From time to time the author of this column receives, either by letter or by work of mouth, some interesting bit of history about Wayne and its residents of a by-gone generation. This type of contribution to the column is always welcome, aud will always be used as the proper opportunity presents itself. This week’s column is, for the most part, founded on “Anecdotes of an Old Commuter”, as given the writer by George Schultz, of Reading.
His commuting was done, of course, on our well-known Main Line, on that section now covered by the famous Paoli Local. From another source the writer learns that “the new Main Line, which later became the route of the Pennsylvania Railroad, was opened for traffic October 14, 1850.” Nearly on hundred years ago! According to Mr. Schultz, the suburbs of the Main Line began to develop importance around 1880. He writes “probably the beginning of the subsequent exodus of well-to-do families of Philadelphia was due to liberal immigration. The country was rapidly expanding and prosperity – of industry – created a demand for manual labor. So about this time, many Greeks arrived to open small restaurants, and there was a large influx of Negroes from the South who filled the lower city wards. Many Irish arrived, who became members of the police force, firemen, etc.”
And so it was that “the fashionable people South of Market Street and around Rittenhouse Square, finding their seclusion, peace and quiet invaded, gradually adopted the plan of closing their city houses all summer and betook themselves to the country with their horses and carriages.” Later on these same families in many instances sold their city homes and became all-year-round residents of the Main Line. The men of the family thus became daily commuters, since greatly improved Main Line service enabled them to reach their offices in short order. Most of the offices of that period were “down town”, that is, near the river front.
Mr. Schultz writes that Alexander Cassatt and other Pennsylvania Railroad officials were responsible for planning the attractive appearance of the Main Line stations, which were cottage-like structures surrounded by grass lawns and flower beds. Here the agents, who were ticket sellers and telegraph operators, lived with their families.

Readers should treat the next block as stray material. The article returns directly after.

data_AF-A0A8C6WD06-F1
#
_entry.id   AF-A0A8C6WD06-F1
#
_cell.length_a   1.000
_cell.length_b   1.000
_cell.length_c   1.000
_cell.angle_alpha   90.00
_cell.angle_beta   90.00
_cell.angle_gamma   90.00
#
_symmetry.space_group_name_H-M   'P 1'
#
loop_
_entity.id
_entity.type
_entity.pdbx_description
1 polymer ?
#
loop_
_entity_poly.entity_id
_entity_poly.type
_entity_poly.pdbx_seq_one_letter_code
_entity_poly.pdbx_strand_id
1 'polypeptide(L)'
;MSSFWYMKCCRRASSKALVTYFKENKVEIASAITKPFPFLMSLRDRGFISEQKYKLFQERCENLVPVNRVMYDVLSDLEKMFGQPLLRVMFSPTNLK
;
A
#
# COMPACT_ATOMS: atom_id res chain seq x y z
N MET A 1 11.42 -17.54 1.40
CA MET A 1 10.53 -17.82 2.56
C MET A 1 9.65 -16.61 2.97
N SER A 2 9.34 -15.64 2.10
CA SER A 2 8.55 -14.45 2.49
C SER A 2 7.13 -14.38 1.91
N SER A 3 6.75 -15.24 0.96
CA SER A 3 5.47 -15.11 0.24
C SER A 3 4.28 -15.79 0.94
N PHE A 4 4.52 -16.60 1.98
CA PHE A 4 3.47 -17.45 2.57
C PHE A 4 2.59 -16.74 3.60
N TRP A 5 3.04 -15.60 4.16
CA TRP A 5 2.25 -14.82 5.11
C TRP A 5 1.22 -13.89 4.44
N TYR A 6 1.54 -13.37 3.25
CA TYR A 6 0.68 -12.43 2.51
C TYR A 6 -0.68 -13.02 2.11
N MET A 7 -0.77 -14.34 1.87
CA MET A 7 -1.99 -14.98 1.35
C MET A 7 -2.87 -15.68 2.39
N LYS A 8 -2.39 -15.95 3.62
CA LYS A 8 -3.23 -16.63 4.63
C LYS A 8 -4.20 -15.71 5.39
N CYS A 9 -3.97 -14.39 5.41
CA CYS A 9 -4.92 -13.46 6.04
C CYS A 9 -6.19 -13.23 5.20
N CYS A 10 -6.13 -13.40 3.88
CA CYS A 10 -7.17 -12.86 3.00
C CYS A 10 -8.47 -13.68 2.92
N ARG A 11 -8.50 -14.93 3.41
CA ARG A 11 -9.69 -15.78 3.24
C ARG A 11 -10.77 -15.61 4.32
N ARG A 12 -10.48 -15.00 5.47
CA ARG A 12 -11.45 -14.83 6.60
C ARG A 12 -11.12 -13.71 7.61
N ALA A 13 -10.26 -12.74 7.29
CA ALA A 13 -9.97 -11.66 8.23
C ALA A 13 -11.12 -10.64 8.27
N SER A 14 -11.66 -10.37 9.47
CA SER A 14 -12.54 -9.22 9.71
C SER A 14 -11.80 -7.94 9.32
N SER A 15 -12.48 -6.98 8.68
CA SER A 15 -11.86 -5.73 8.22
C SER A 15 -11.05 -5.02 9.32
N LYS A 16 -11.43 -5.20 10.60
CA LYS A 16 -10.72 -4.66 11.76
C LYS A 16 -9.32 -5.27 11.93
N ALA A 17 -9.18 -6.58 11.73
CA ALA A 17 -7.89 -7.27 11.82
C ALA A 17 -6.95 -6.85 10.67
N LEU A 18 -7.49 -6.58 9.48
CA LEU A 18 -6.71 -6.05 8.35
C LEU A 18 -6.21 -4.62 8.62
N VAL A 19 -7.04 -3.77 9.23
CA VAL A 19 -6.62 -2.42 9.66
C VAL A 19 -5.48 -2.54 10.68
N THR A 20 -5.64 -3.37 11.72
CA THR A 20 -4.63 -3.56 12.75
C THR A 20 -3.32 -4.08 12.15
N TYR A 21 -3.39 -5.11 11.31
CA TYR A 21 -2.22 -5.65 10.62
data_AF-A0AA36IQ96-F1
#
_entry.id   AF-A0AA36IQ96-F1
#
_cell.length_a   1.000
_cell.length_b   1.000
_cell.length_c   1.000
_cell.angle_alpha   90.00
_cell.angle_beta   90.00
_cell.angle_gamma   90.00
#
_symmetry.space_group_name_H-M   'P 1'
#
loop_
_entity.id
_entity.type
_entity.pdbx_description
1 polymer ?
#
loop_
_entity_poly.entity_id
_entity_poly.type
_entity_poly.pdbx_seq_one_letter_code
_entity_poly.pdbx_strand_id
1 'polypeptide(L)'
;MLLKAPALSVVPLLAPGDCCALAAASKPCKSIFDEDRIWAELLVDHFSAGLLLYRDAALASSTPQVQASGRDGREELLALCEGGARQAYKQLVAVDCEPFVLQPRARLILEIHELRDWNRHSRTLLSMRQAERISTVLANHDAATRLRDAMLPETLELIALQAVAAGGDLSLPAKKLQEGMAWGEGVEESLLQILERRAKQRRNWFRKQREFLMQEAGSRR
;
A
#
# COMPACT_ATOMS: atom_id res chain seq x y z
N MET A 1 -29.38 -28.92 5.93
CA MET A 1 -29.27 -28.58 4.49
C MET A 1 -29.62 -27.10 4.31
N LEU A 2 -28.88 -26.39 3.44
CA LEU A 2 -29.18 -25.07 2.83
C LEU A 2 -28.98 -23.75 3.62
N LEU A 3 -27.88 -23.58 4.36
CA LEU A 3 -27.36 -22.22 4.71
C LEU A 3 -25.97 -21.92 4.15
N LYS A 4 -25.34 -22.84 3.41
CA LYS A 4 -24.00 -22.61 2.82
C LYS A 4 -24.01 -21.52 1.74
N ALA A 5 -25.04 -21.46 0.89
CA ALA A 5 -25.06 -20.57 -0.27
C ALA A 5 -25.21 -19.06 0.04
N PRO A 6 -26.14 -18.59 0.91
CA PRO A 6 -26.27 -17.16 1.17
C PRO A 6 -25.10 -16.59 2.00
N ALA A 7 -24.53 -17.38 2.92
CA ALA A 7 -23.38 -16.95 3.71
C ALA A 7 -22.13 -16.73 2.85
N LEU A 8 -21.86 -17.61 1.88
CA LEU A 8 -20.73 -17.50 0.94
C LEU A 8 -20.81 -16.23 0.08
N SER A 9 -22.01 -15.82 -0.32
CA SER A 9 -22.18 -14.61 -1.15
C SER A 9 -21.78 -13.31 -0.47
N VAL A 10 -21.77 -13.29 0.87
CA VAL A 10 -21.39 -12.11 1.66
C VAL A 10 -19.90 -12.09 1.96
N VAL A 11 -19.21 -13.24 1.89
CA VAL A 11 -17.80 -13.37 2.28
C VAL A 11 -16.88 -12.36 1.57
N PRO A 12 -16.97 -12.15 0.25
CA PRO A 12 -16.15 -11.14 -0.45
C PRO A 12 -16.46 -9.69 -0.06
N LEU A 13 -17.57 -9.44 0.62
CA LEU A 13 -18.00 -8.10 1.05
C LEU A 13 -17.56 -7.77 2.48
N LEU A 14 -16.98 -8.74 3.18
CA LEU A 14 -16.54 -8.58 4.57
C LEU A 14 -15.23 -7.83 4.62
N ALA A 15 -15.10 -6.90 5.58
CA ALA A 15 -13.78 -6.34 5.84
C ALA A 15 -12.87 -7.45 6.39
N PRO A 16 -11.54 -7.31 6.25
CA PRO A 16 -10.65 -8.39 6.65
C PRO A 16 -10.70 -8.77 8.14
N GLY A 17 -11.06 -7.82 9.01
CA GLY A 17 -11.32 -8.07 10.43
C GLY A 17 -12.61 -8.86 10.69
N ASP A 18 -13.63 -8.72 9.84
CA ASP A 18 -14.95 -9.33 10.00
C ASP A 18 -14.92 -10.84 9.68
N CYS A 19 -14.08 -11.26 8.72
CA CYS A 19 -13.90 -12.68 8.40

The names of the villages and stations were changed as the building of country houses increased in the Main Line section. Ardmore was originally known as “Athensvillie”; Radnor was “Morgan’s Corners”; St. Davids was “Fisher’s Hill”; Bryn Mawr was “Whitehall” (from an old plastered station house) and Devon was “Reeseville”. Old Lancaster Pike toll road, which was about parallel to the railroad, was a popular dive with old inns providing stopping places for rest and refreshment. Among these inns were the Red Lion at Ardmore and the Sorrel Horse at Radnor.
Two anecdotes of the commuters of the period are related by Mr. Schultz, who writes: “Occasionally the daily Main Line commuters would encounter or even participate in some amusing happenings on the train. One dark winter evening the gas light of a car gave out and the conductor came in and lit candles which were encased in bronze fixtures, fastened to the sides of the car. Francis Fenimore, of St. Davids, was sitting with John Galloway, of Bryn Mawr, (descendent of the Galloway who owned Durham Iron Furnace in Revolutionary days). Fenimore remarked that the candle was so short it would soon burn down, but Galloway proceeded to explain that it was pushed up by a spring in the lower cylinder. He got up from his seat and unscrewed it, saying: “See? It works like this.” As he turned a ferrule the candle shot out of its place and his squarely on the nose of a gentleman facing them in the far seat of the car! “Who threw that – who hit me?”, he angrily asked. Mr. Fenimore had a hard time preventing a fight. Imagine anything like that today disturbing the Main Line Local!
“On another occasion in summer, a prominent gentleman from Haverford, after carefully placing a paper bag in the rack over heard, seated himself beside his dignified elderly friend. As the train stopped at their destination, he reached for the bag, accidentally punching the bottom of it. The result was that both gentlemen were cascaded by a quart of two of huckleberries on their spotless Panama hats! Efforts to stop the flow only increased it, until finally the owner of the bag dashed it to the floor as he and his friend hurriedly left the train ‘midst the smiles and laughter of those who saw the fun.”